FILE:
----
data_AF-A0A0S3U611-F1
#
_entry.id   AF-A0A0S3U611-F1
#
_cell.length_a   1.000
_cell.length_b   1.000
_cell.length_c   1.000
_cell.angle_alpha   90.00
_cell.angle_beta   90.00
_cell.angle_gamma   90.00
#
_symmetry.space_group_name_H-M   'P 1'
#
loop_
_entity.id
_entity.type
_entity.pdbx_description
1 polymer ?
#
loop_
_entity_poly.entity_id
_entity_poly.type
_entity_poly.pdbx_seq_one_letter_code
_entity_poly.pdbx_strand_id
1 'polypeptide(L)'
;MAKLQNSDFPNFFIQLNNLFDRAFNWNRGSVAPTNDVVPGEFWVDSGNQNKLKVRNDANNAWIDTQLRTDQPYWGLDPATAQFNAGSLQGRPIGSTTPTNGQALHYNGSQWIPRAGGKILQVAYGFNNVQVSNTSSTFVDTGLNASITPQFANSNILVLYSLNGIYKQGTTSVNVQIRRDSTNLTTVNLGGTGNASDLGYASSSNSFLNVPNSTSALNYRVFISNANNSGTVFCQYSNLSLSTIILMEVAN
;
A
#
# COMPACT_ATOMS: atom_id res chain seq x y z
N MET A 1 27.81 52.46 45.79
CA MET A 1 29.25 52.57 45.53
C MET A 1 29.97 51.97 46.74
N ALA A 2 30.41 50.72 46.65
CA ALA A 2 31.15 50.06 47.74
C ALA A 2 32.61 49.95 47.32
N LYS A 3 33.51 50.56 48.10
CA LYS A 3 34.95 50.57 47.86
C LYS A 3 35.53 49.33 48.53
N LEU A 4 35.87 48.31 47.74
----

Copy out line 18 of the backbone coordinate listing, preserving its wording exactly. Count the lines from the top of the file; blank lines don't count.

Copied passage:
1 polymer ?